Students learn about banking, provide recommendations for future
WYOMISSING, PA – Tompkins VIST Bank recently mentored a group of Alvernia students as part of a case study competition designed to help college students better understand the financial structure, and the market and technology trends impacting community banks. The Community Bank Case Study Competition, sponsored annually by the Pennsylvania Bankers Association, is designed to develop the next generation of bankers. The eleven Alvernia students competed against other colleges and universities; winners were eligible for academic scholarships and the opportunity to attend a Federal Reserve banking conference in the fall.
“This was a great way for us to share information about our industry with business students so that they might consider banking as a career,” said Neena Miller, Tompkins VIST Bank executive vice president, who helped coordinate the program on the bank side.
The students participated in the case study as part of Dr. Scott Ballantyne’s semester-long Business Finance class. “The goal was to expose students to the world of community banking while utilizing skills they’ve learned in various courses throughout their collegiate career,” said Ballantyne, an associate professor of Finance. This was the first time Alvernia participated in the competition, he added, and said that while the students’ entries were not selected for the next level of competition, the PBA’s feedback was very helpful.
How the case study worked
The students were divided into three teams, each with the following tasks: analyze the bank’s financial statements; research marketing, technology and other trends impacting community banks; and present their findings and recommendations to a group of the bank’s executives.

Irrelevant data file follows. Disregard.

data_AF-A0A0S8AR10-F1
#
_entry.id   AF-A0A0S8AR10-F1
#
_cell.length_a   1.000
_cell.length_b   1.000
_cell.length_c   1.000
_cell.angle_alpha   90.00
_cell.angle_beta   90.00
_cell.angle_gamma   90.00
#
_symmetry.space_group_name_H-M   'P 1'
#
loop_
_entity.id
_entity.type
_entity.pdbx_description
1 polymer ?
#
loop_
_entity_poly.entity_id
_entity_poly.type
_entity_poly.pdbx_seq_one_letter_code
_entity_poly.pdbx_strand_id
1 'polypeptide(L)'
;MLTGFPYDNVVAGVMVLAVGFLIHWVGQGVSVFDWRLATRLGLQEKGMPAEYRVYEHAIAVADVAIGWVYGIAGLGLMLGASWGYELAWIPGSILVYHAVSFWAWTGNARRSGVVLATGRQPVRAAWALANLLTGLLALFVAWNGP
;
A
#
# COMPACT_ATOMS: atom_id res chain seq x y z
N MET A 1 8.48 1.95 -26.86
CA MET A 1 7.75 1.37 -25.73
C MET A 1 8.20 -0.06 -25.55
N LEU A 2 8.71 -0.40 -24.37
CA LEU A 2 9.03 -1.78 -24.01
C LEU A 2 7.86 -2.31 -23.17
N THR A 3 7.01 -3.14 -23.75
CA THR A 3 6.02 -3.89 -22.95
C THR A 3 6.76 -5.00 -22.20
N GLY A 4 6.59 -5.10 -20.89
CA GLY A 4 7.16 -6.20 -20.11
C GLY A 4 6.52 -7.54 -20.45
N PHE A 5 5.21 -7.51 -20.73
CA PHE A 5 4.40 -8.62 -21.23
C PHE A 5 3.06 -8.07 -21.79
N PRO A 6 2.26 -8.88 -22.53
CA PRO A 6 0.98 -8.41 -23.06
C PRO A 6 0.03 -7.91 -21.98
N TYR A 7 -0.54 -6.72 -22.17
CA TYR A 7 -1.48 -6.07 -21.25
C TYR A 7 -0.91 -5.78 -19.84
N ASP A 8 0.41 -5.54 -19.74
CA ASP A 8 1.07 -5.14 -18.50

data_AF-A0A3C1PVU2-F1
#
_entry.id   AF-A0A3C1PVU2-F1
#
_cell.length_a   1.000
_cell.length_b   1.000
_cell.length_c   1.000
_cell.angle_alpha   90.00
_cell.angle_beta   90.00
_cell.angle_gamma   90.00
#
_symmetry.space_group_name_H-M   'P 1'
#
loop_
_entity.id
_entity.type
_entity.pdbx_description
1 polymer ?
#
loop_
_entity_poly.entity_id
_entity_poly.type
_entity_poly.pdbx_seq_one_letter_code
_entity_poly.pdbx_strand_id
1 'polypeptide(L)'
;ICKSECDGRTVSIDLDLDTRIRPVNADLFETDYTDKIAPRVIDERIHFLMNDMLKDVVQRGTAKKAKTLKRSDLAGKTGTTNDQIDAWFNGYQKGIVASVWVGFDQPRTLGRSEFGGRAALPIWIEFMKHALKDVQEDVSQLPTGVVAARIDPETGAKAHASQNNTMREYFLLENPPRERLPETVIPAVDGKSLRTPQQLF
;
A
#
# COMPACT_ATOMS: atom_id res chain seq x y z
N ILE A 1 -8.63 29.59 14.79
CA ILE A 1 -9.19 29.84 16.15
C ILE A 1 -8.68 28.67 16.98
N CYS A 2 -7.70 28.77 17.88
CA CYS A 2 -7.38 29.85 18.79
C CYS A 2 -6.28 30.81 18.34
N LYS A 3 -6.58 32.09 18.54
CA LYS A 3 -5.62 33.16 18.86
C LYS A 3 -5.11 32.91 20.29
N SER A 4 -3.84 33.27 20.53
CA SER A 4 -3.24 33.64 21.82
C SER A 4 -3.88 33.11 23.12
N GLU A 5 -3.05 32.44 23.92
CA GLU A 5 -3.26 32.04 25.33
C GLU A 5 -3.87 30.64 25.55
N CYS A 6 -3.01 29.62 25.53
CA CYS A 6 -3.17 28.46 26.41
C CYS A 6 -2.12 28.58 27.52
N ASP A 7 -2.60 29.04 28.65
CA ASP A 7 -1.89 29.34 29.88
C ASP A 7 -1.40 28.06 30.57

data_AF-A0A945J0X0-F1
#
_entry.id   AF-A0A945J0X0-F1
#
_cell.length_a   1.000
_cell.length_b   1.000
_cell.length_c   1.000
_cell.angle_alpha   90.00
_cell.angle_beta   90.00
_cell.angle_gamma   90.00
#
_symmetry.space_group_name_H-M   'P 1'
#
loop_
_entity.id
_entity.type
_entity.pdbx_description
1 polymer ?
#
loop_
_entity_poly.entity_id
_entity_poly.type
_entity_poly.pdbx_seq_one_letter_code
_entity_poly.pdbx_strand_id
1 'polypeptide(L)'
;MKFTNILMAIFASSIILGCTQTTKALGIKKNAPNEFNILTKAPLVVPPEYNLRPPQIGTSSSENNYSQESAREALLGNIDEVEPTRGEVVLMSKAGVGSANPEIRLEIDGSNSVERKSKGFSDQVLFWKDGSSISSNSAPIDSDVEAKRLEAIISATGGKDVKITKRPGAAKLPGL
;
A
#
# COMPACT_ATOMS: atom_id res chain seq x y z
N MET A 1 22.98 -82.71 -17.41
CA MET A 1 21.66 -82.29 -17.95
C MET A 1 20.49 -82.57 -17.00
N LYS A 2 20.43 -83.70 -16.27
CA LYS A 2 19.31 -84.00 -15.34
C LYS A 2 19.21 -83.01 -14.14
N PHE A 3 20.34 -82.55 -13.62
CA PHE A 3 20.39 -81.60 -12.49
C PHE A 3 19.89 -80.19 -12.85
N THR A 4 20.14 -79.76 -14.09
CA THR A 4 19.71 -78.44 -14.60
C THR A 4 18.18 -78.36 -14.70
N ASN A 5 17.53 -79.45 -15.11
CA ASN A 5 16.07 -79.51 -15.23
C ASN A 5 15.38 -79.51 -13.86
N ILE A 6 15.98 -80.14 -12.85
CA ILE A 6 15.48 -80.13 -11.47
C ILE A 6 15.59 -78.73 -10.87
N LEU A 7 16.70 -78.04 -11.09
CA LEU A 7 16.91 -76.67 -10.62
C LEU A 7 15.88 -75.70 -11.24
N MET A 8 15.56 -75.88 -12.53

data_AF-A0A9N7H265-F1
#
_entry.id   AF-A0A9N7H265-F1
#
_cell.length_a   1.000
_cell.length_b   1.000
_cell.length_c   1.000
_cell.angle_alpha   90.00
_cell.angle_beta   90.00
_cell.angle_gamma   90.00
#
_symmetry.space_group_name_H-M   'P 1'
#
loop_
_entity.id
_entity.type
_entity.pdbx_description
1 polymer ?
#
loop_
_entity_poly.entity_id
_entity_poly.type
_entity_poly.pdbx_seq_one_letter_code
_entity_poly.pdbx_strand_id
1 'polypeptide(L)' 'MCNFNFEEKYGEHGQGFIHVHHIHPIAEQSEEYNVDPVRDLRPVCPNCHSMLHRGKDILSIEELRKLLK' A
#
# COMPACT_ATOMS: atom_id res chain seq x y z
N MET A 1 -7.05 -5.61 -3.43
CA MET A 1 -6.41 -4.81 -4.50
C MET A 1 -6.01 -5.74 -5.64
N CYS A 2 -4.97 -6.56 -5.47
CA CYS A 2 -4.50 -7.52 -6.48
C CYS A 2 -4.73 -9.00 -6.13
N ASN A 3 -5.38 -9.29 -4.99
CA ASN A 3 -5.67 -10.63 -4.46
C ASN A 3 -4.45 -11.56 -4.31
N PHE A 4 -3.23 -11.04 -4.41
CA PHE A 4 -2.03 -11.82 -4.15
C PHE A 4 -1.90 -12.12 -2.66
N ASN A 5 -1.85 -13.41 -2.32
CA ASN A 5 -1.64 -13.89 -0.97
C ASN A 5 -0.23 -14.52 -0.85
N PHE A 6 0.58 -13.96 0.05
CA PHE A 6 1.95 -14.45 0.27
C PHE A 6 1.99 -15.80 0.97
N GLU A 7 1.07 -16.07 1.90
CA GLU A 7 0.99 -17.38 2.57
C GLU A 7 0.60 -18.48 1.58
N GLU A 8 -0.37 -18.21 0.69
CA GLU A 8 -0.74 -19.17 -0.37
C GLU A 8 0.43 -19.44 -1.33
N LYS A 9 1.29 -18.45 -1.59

Tompkins VIST Bank staff helped the students learn about the bank through presentations and discussions at the college over the course of the spring semester. “Tompkins VIST went ‘all in’ on the project,” said Ballantyne. Riley Pearson, one of the students, agreed. “We got tons of support from VIST,” he said. The bankers were equally impressed with the students. “They asked a lot of good questions and really grasped bank lingo,” said Pam Shenk, senior vice president and mortgage manager.
The final presentations
The students presented their results to the bankers and their professor at a luncheon near the college in May. One consistent recommendation was that Tompkins VIST Bank and all community banks would benefit from the increased use of technology to attract younger customers. Scott Gruber, the bank’s president and CEO, couldn’t agree more. “Banking is changing at a pace I haven’t seen in my 30 plus years in the industry,” he said, after thanking the students for their efforts and insights. “Our goal is to make sure technology enhances, not replaces, a good customer experience.” And finally, he encouraged them to consider a career in banking. “There’s a lot of opportunity in our very dynamic industry.”
Note: Based on their experience with the case study, two of the students later applied for and were accepted as interns with the bank this year.